Corn futures are fluctuating around unchanged levels. The corn market followed soybeans lower Tuesday night as improved weather forecasts weighed on prices. Continued U.S. dollar strength wasn’t helpful either. However, news of a sizeable wheat sale to Nigeria boosted those markets, which in turn appeared to keep yellow grain prices relatively stable at midsession. September corn skidded 0.5 cents to $3.61/bushel late Wednesday morning, while December lost 0.75 cents to $3.705.
The soy complex remains mostly lower. Firming Gulf quotes apparently boosted the expiring August bean contract, but the rest of the soy complex remained weak at midday Wednesday. The losses almost surely reflect forecasts for widespread Corn Belt rainfall next week, thereby alleviating worries about diminished fall production. August soybean futures rebounded 1.75 cents to $12.2825/bushel around midsession Wednesday, while November futures sagged 6.25 cents to $10.8875. August soyoil sank 0.27 cents to 35.98 cents/pound and August soymeal slid $2.8 to $392.6/ton.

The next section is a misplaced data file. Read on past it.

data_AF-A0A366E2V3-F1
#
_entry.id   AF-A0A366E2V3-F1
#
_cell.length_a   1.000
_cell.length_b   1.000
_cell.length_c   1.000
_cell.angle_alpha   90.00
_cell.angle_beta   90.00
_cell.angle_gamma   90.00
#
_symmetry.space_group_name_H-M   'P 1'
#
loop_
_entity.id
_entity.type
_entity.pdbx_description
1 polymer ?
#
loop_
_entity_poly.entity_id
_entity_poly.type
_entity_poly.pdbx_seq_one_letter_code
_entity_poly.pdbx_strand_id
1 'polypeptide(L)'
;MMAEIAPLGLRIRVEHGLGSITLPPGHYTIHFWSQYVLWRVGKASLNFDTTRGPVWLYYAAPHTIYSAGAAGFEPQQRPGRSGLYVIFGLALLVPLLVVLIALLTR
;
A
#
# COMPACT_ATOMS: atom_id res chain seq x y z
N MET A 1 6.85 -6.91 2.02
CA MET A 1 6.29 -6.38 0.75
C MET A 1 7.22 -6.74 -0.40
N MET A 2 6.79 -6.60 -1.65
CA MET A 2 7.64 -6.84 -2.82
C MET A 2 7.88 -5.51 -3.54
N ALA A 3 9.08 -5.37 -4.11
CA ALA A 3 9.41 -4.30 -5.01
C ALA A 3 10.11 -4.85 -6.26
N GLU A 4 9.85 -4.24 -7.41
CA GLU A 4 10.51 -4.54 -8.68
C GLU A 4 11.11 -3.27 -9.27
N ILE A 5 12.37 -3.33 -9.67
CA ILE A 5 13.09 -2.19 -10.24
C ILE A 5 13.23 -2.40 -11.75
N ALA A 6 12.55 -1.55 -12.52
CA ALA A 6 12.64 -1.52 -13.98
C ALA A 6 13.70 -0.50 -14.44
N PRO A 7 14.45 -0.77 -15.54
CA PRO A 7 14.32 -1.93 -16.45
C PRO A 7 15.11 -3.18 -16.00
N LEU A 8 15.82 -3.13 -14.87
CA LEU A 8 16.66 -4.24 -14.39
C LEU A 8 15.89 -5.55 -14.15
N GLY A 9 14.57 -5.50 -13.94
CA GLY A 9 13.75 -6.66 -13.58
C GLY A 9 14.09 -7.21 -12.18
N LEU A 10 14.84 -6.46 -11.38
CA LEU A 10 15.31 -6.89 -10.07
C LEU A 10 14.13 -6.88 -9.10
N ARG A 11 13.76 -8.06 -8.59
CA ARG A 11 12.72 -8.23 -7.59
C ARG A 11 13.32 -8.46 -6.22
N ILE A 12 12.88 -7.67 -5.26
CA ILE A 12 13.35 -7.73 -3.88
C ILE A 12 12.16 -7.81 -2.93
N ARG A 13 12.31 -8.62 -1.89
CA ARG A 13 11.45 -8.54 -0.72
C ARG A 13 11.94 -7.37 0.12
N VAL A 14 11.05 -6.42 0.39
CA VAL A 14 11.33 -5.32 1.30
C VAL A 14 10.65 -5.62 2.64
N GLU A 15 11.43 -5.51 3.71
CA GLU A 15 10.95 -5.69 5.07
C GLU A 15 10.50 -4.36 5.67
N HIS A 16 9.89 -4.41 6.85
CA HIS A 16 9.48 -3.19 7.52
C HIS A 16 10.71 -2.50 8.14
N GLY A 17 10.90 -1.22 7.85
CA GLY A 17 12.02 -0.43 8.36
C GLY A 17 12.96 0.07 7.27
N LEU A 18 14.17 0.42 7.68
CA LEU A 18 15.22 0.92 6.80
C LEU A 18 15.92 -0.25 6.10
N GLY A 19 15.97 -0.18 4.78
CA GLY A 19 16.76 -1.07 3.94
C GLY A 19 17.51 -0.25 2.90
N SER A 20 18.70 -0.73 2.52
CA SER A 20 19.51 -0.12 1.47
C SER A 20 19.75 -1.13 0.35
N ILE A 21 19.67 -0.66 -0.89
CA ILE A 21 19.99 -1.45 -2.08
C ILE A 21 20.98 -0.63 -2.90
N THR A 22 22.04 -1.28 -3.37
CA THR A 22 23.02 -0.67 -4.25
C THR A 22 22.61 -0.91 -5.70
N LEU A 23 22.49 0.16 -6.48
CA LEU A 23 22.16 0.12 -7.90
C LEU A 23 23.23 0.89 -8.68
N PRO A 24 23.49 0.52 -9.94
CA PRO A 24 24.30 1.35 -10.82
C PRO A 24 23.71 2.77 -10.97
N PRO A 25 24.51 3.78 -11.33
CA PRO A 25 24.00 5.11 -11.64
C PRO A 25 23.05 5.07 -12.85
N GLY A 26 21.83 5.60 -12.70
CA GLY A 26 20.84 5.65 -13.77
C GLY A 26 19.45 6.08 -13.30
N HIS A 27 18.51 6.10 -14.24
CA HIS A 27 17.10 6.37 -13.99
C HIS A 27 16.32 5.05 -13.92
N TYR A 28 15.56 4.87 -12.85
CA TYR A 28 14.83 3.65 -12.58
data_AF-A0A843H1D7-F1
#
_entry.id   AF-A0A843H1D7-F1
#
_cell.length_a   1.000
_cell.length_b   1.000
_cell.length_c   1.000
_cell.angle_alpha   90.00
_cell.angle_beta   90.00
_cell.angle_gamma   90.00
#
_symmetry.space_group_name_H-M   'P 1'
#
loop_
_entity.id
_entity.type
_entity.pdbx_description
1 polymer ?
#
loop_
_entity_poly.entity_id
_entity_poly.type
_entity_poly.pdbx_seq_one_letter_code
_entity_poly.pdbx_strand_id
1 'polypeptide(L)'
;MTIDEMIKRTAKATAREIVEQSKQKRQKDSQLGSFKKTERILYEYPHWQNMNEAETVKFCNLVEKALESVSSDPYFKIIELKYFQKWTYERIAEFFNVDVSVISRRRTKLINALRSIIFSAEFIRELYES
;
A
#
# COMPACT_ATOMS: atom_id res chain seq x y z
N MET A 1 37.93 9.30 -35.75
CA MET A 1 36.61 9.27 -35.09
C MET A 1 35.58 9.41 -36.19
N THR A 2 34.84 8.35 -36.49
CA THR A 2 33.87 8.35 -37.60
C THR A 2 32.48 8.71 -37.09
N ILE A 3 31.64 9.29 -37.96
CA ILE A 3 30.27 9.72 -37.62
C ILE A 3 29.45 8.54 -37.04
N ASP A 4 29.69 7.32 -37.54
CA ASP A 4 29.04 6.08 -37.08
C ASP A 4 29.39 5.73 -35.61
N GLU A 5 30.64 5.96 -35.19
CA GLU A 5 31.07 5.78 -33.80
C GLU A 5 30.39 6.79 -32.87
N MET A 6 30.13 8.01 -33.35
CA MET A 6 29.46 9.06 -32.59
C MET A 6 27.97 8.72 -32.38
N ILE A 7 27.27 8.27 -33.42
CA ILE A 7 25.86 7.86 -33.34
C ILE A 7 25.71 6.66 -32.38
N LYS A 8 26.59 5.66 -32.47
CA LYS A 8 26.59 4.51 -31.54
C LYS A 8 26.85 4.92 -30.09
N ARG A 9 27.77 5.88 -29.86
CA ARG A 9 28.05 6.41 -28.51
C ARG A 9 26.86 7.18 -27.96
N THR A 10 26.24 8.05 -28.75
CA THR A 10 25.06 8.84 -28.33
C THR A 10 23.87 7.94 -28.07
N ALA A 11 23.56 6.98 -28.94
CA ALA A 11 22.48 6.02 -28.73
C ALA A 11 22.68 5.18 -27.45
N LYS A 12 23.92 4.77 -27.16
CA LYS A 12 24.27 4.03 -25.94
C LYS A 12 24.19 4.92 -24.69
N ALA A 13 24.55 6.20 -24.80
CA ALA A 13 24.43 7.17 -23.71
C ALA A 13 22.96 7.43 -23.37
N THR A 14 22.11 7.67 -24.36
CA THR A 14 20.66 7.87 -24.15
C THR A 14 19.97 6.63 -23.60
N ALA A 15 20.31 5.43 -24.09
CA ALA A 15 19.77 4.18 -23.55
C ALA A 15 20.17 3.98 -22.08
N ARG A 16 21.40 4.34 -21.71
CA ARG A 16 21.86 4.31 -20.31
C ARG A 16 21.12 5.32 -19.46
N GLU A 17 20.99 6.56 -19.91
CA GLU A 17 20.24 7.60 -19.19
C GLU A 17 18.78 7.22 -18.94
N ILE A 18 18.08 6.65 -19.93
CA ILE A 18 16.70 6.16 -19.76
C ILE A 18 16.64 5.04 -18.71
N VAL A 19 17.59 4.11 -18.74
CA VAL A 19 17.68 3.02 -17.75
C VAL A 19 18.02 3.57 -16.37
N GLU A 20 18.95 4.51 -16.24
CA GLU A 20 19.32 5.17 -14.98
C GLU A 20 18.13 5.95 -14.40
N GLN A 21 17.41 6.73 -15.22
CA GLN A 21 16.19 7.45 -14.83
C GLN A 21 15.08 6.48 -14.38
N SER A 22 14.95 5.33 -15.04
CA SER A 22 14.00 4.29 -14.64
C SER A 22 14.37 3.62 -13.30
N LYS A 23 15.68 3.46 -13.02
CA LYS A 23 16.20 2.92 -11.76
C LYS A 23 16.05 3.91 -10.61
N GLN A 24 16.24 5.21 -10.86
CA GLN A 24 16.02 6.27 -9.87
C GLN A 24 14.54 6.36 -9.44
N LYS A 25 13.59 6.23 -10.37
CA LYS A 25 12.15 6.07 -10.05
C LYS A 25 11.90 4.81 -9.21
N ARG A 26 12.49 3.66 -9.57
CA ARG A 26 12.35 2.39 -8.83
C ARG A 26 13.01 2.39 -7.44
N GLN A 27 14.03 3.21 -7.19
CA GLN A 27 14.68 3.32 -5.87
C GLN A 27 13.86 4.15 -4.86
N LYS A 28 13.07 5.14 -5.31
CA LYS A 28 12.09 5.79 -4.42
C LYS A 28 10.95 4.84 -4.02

Export news boosted the wheat markets Wednesday. Although current weather forecasts and the rising dollar also seem bearish for the wheat outlook, golden grain prices turned decidedly higher today after the USDA announced a sizeable sale to Nigeria. Traders are probably bottom-picking and short-covering as well. September CBOT wheat advanced 5.25 cents to $5.2525/bushel just before lunchtime Wednesday, while September KC wheat lifted 3.0 cents to $6.145/bushel, and September MWE wheat edged up 4.0 cents to $6.145.
Strong cash prospects are boosting CME cattle prices. Cattle traders suspect last week’s big cash jump signaled a looming blow-off top. However, surging wholesale prices and strong packer margins remain very supportive, so the industry is apparently reconsidering early-week futures slippage. August live cattle surged 0.92 cents to 159.70 cents/pound in late Wednesday morning action, while December rallied 0.65 cents to 159.80. Meanwhile, August feeder futures soared 1.50 cents to 222.92 cents/pound, and October feeders leapt 1.52 to 223.65.
Talk of fresh cash and wholesale weakness may be depressing hog futures. The cash hog and wholesale pork markets stabilized Tuesday, which provided support for CME futures early this morning. However, Chicago prices turned decidedly lower by late morning, which probably reflects industry talk of fresh cash/pork losses. August hog futures tumbled 1.05 cents to 120.40 cents/pound as the lunch hour loomed Wednesday, while December slumped 0.57 cents to 96.02.